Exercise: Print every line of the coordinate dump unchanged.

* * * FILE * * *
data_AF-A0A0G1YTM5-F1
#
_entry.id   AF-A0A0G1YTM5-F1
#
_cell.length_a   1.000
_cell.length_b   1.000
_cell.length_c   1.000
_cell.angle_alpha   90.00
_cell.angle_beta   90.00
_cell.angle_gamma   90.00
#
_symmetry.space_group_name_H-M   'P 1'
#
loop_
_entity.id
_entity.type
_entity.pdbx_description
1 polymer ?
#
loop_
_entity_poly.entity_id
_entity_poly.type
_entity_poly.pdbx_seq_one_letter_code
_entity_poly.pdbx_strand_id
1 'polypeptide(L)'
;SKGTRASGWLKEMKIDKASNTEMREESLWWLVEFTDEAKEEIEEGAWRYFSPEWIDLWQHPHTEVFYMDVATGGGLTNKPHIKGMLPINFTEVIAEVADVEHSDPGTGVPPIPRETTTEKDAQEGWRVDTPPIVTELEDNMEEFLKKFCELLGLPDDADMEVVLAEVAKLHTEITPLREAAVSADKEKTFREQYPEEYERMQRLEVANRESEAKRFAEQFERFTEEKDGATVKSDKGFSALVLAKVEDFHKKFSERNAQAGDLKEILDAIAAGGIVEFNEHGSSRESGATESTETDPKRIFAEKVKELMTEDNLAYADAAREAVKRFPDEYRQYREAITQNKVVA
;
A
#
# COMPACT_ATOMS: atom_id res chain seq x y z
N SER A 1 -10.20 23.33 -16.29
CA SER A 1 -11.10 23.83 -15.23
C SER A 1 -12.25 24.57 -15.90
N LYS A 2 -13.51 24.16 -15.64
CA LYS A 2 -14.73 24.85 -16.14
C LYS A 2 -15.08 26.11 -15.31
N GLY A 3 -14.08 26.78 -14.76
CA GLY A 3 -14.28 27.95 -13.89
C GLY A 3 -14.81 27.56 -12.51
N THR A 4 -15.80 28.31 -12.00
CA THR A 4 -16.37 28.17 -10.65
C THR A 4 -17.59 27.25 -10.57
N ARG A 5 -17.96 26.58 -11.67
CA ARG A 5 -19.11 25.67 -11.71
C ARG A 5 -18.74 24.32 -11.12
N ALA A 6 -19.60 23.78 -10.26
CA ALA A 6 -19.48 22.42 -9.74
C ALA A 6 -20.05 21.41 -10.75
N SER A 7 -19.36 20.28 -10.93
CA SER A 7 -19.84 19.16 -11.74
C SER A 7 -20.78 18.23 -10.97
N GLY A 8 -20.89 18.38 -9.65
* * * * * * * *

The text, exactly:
data_AF-A0A0G1YTM5-F1
#
_entry.id   AF-A0A0G1YTM5-F1
#
_cell.length_a   1.000
_cell.length_b   1.000
_cell.length_c   1.000
_cell.angle_alpha   90.00
_cell.angle_beta   90.00
_cell.angle_gamma   90.00
#
_symmetry.space_group_name_H-M   'P 1'
#
loop_
_entity.id
_entity.type
_entity.pdbx_description
1 polymer ?
#
loop_
_entity_poly.entity_id
_entity_poly.type
_entity_poly.pdbx_seq_one_letter_code
_entity_poly.pdbx_strand_id
1 'polypeptide(L)'
;SKGTRASGWLKEMKIDKASNTEMREESLWWLVEFTDEAKEEIEEGAWRYFSPEWIDLWQHPHTEVFYMDVATGGGLTNKPHIKGMLPINFTEVIAEVADVEHSDPGTGVPPIPRETTTEKDAQEGWRVDTPPIVTELEDNMEEFLKKFCELLGLPDDADMEVVLAEVAKLHTEITPLREAAVSADKEKTFREQYPEEYERMQRLEVANRESEAKRFAEQFERFTEEKDGATVKSDKGFSALVLAKVEDFHKKFSERNAQAGDLKEILDAIAAGGIVEFNEHGSSRESGATESTETDPKRIFAEKVKELMTEDNLAYADAAREAVKRFPDEYRQYREAITQNKVVA
;
A
#
# COMPACT_ATOMS: atom_id res chain seq x y z
N SER A 1 -10.20 23.33 -16.29
CA SER A 1 -11.10 23.83 -15.23
C SER A 1 -12.25 24.57 -15.90
N LYS A 2 -13.51 24.16 -15.64
CA LYS A 2 -14.73 24.85 -16.14
C LYS A 2 -15.08 26.11 -15.31
N GLY A 3 -14.08 26.78 -14.76
CA GLY A 3 -14.28 27.95 -13.89
C GLY A 3 -14.81 27.56 -12.51
N THR A 4 -15.80 28.31 -12.00
CA THR A 4 -16.37 28.17 -10.65
C THR A 4 -17.59 27.25 -10.57
N ARG A 5 -17.96 26.58 -11.67
CA ARG A 5 -19.11 25.67 -11.71
C ARG A 5 -18.74 24.32 -11.12
N ALA A 6 -19.60 23.78 -10.26
CA ALA A 6 -19.48 22.42 -9.74
C ALA A 6 -20.05 21.41 -10.75
N SER A 7 -19.36 20.28 -10.93
CA SER A 7 -19.84 19.16 -11.74
C SER A 7 -20.78 18.23 -10.97
N GLY A 8 -20.89 18.38 -9.65